“Sex matters enormously, but global justice matters far, far more. The present system of global debt is the real immoral scandal, the dirty little secret – or rather the dirty enormous secret – of glitzy, glossy Western capitalism. Whatever it takes, we must change this situation or stand condemned by subsequent history alongside those who supported slavery two centuries ago and those who supported the Nazis seventy years ago” (217).
N.T. Wright makes this striking assertion in illustrating the acts of justice to which those who have been incorporated into the new creation inaugurated by the resurrection of Jesus are called. It is through such actions, along with creation of beauty and evangelistic witness, says Wright in Chapter 13, that we build for the Kingdom of God.
Not build, but build for. Wright makes the importance of this distinction more explicit here than anywhere else in the book…
“God builds God’s kingdom,” he affirms. “The final coming together of heaven and earth is, of course, God’s supreme act of new creation….God alone will sum up all things in Christ, things in heaven and things on earth. He alone will make the ‘new heavens and new earth.’ It would be the height of folly to think that we could assist in that great work” (218). Through the work of Jesus and the power of the Spirit, however, we are equipped for participation in God’s project of setting things right in his good creation gone bad in rebellion and corruption.
In some ways Wright’s concept of building for the kingdom harmonizes fairly smoothly with (and thereby enriches) familiar Adventist themes such as developing character now that will be carried over into eternity, and “finishing the work” of the worldwide proclamation of the gospel that must take place before “the end shall come.” And, whatever we may think of Wright’s weighting of global economic injustice in relation to other moral issues, it is clear that deeds of justice, love and mercy should characterize those preparing for Jesus’ return.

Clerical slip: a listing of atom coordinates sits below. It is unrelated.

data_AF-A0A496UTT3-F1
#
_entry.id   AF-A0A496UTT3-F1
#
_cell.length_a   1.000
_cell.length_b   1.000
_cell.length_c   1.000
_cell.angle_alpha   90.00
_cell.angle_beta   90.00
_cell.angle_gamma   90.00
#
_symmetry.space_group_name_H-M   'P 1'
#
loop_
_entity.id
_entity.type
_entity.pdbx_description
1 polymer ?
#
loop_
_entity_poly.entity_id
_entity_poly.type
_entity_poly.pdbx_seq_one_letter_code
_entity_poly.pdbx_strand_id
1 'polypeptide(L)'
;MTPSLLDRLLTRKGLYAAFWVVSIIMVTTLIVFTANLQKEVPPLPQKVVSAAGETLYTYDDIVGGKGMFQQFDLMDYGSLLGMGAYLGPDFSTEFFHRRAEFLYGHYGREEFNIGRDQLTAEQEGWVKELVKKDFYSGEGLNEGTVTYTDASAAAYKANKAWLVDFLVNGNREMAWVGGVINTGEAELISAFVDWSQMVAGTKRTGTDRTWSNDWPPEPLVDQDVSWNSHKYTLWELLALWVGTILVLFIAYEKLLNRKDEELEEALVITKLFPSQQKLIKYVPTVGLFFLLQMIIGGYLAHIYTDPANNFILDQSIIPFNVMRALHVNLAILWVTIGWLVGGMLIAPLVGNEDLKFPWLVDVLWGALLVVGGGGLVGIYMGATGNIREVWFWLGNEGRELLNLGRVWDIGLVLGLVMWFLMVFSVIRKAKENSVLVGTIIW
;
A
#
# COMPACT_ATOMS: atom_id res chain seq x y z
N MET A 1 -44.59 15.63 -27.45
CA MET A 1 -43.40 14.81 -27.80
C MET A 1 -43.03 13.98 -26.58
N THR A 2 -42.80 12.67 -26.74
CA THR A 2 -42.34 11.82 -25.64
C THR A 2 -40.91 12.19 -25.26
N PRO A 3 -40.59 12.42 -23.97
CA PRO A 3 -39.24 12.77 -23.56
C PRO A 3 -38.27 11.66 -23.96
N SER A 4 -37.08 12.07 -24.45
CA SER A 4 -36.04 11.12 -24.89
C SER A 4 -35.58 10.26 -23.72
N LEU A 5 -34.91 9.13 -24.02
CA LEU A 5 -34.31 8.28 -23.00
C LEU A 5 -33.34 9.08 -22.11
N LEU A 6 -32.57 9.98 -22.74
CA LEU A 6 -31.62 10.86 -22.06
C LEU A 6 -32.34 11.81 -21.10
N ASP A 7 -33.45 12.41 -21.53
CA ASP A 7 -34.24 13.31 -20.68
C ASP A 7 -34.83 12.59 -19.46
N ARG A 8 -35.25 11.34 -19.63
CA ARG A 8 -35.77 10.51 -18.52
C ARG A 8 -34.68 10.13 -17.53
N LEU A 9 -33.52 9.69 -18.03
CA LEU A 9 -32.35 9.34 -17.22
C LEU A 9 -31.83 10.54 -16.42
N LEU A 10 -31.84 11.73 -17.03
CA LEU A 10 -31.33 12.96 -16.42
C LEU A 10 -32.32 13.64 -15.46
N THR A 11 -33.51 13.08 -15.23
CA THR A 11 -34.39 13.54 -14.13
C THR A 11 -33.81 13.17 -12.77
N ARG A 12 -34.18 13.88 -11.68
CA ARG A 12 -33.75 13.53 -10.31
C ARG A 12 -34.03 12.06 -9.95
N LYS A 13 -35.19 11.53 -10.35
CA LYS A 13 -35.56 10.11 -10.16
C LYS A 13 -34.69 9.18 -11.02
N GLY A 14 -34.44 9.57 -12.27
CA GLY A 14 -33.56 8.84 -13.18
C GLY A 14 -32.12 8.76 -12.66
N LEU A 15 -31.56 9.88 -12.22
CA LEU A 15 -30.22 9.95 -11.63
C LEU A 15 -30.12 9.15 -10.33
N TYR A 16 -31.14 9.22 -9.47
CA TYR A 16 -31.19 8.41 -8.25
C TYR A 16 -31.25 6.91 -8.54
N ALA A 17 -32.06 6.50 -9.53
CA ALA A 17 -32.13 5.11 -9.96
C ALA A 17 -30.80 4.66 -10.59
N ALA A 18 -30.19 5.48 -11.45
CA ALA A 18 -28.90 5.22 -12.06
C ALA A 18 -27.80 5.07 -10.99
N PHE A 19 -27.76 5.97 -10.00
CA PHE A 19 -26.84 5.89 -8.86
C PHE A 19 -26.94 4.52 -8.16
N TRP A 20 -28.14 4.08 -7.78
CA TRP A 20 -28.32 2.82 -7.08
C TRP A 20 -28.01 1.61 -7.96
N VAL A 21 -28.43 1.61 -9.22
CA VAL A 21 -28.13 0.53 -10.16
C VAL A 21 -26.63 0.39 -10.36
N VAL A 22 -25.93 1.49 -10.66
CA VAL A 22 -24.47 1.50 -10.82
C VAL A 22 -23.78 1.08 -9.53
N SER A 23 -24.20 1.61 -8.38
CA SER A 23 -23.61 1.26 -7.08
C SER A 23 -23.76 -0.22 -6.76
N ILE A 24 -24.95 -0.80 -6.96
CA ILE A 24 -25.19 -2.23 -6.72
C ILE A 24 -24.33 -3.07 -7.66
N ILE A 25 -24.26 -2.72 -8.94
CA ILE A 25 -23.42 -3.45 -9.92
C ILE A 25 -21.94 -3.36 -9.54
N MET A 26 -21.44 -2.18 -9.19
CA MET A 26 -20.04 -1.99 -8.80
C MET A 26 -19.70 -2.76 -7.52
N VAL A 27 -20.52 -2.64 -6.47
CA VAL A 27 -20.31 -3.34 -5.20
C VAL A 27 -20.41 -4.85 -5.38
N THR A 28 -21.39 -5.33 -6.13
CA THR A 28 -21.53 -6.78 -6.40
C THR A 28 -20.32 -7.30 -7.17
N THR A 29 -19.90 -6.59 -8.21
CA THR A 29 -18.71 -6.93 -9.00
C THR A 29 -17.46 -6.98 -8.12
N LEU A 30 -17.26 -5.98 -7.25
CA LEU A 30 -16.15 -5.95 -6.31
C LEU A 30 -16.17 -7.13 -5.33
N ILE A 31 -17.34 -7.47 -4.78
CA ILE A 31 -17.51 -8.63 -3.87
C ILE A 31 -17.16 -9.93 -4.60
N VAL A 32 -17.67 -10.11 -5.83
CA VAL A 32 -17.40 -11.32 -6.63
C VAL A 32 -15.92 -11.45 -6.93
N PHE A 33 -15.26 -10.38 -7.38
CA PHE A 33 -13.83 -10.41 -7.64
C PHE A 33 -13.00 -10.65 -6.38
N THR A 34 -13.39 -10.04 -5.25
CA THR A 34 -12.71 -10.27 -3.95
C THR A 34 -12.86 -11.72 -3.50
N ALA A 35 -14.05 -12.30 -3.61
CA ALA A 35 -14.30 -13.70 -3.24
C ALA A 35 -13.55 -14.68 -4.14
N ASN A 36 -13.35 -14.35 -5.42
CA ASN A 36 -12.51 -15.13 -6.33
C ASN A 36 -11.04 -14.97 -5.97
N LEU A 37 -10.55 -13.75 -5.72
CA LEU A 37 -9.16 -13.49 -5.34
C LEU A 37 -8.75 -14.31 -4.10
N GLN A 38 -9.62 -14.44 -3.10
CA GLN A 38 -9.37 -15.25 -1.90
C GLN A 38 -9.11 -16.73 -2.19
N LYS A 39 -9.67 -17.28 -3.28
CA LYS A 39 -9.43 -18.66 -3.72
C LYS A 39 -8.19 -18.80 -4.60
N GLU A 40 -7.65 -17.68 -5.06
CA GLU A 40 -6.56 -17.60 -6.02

However, Wright stretches our thinking further beyond familiar patterns in the way he links our specific actions in building for the Kingdom now with the new earth to come that God alone can bring. In so doing, he just may be offering us a key to integrating all aspects of our lives as Kingdom people, and thereby fulfilling as never before our mission of making known the good news of that Kingdom as a witness to all nations (Matthew 24:14).
In doing this, Wright’s key text is 1 Corinthians 15:58, in which Paul, after his extended and majestic explication of Jesus’ resurrection and ours at the sounding of “the last trumpet,” writes: “Therefore, my beloved brethren, be steadfast, immovable, always excelling in the work of the Lord, because you know that in the Lord your labor is not in vain” (NRSV).
Thus, Wright proposes, the “practical application” of the good news of resurrection is that our efforts in Jesus’ name toward a more just, peaceful and beautiful world will be taken up and enhanced in the new world that God will create, in ways that we will only then comprehend. The Revised English Bible rendering of 1 Cor. 15:58 – “in the Lord your labour cannot be lost” – lends support to this interpretation.
As Adventists we have emphasized that good deeds are incumbent upon those preparing for eternity. But I wonder if our tendency to look toward complete destruction of the present world and evacuation from it causes us to think of efforts to change it, or at least “make a difference,” as something other than the real work of the gospel, as having less than eternal signficance. By contrast, Wright proposes:
You are not oiling the wheels of a machine that’s about to roll over a cliff. You are not restoring a great painting that’s shortly going to be thrown on the fire. You are not planting roses in a garden that’s about to be dug up for a building site. You are – strangle though it may seem, almost as hard to believe as the resurrection itself – accomplishing something that will became in due course part of God’s new world (208).
Questions, indeed, come to mind, such as, Is there clear scriptural support, beyond 1 Cor. 15:58, for this outlook? What about the fiery destruction of all things envisioned in 2 Peter 3?
Yet I believe we would benefit from, at least, careful consideration of Wright’s proposal. It may help us grasp more firmly that “in the Lord,” our action for peace and justice is charged with eternal significance, beyond the politics of the present age, and beyond its apparent success. And, when integrated with such action, the specific work of evangelistic proclamation gains depth and authenticity in a world that would “rather see a sermon and than hear one any day.”
As Wright points out, the gospel announcement that Jesus is Lord and His Kingdom already begun can seem almost laughable in view of the pervasive evil that dominates our world. Unless….there is a people, a church, “actively involved in seeking justice in the world, both globally and locally,” a church “cheefully celebrating God’s good creation and its rescue from corruption in art and music,” a church that in “its own internal life gives every sign that new creation is indeed happening, generating a new type of community.” Then, and we might add, only then, “the announcement makes a lot of sense” (227-28).